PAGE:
Nigeria’s implementation of cashless economy policies: Welcomed or forced?

The Nigerian government says the benefits of going cashless will help the country combat corruption and reduce inflation.

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What does a cashless society look like and how would governments go about implementing one?

Late last year, the central bank of Nigeria abruptly implemented cashless policies that some say forced Nigerians to comply or not buy.

With restrictions on how much naira, the country's national currency, could be withdrawn per day, and the suspension of bank notes, some Nigerians, especially those in rural areas, spoke out and protested the progressive cashless policies.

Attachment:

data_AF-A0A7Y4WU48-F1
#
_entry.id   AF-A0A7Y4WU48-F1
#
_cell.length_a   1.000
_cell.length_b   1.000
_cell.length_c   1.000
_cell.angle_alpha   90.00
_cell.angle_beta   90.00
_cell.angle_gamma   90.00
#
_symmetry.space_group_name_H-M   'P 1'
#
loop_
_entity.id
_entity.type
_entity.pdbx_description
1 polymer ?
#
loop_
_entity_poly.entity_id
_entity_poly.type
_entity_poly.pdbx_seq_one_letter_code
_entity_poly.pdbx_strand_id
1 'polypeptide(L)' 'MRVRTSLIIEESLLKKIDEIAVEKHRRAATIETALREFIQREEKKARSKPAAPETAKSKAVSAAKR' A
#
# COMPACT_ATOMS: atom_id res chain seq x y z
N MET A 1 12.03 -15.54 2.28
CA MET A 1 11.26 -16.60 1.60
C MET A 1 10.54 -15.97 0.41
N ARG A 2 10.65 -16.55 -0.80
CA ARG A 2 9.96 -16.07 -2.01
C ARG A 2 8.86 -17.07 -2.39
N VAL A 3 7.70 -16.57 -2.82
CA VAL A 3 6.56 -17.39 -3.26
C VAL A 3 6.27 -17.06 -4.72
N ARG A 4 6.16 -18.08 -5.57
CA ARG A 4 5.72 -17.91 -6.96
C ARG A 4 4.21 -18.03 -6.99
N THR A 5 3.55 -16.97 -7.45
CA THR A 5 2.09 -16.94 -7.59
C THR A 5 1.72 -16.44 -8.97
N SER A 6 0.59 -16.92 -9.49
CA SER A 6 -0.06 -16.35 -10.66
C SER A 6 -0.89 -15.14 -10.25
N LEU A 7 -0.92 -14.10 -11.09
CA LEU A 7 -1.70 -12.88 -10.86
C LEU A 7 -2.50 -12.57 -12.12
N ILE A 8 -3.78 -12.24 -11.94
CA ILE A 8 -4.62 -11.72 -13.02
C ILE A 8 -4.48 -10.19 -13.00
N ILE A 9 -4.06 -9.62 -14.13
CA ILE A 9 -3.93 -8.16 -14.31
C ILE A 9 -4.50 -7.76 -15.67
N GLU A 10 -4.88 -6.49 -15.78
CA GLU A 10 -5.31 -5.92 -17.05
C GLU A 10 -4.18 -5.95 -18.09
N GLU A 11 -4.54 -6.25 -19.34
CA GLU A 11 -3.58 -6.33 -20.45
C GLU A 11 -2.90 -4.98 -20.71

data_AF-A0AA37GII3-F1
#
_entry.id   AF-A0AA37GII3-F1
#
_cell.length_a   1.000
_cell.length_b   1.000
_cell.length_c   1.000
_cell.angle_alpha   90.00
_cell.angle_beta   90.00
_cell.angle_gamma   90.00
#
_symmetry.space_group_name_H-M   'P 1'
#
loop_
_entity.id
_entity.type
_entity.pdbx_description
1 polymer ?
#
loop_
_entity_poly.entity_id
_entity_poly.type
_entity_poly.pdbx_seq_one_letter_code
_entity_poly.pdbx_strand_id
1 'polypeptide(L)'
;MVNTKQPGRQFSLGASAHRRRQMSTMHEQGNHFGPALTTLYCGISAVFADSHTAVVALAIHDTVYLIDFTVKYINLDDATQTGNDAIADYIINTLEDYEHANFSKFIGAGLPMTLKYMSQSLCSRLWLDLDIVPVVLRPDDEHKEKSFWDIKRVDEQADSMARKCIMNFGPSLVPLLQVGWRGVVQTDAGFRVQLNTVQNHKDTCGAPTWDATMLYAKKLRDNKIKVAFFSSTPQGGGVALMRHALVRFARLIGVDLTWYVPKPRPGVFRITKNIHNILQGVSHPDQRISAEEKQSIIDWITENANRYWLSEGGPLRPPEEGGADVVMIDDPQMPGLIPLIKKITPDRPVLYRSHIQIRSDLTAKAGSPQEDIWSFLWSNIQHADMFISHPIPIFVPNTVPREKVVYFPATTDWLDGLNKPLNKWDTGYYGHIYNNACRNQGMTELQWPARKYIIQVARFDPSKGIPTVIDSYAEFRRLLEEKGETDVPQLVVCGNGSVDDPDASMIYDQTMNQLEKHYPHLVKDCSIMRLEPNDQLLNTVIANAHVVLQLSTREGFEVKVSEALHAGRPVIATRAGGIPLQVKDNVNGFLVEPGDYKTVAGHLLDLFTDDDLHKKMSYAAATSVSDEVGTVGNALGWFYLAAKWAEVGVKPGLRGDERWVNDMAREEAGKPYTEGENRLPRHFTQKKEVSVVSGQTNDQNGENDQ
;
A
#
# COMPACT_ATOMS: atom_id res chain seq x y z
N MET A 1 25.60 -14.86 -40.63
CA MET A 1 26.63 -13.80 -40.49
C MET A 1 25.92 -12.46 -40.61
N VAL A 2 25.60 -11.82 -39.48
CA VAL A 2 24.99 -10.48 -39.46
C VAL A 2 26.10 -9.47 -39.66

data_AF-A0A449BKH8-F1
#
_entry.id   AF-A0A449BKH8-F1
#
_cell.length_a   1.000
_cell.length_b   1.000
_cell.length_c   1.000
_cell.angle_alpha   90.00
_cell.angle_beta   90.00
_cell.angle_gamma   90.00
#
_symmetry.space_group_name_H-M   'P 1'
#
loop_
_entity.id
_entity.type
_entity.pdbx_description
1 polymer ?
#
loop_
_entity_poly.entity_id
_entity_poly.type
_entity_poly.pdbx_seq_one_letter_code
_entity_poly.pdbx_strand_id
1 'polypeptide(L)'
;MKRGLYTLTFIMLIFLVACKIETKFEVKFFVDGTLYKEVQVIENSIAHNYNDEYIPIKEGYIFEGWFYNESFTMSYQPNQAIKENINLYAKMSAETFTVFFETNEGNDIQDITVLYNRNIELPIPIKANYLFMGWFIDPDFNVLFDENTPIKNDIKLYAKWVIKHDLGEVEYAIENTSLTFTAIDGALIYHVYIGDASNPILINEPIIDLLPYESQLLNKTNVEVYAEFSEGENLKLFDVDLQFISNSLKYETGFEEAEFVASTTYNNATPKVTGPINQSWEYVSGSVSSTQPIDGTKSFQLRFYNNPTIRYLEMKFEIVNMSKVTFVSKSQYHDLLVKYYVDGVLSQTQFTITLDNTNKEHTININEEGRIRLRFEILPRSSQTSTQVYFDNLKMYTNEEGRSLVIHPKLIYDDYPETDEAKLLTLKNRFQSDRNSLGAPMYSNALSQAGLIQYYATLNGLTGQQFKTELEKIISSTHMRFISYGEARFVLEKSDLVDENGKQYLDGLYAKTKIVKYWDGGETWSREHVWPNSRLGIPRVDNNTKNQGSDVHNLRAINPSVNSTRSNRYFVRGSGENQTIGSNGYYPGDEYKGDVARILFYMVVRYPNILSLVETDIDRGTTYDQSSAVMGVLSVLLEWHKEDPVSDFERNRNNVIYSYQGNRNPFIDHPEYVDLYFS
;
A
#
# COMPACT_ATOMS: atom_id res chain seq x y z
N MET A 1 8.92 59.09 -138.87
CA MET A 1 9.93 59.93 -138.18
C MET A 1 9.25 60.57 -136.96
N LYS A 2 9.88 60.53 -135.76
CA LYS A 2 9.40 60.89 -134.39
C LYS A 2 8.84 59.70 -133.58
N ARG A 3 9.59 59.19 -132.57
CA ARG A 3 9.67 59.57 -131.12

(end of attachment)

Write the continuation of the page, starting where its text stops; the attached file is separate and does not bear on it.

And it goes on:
Nevertheless, Nigeria’s cashless agenda continues moving forward, with the government encouraging more Nigerians to use the country's new Central Banking Digital Currency (CBDC), the eNaira.

The Nigerian government says the benefits of going cashless will help the country combat corruption, such as money laundering, and will help reduce inflation. The latter is a promise inconsistent with the country's rate of inflation soaring to 22.7% in July, the highest it’s been since 2005.

In today's report, I interview BBC Africa journalist Zainab Bala, who spoke with some of the citizens who had concerns about the cashless policies, but believes those who share such concerns simply lack education about what such an economy will look like.

What do you think?

Click on the video above to watch the full interview, and then tell us your opinion on Nigeria’s progressive cashless policies.

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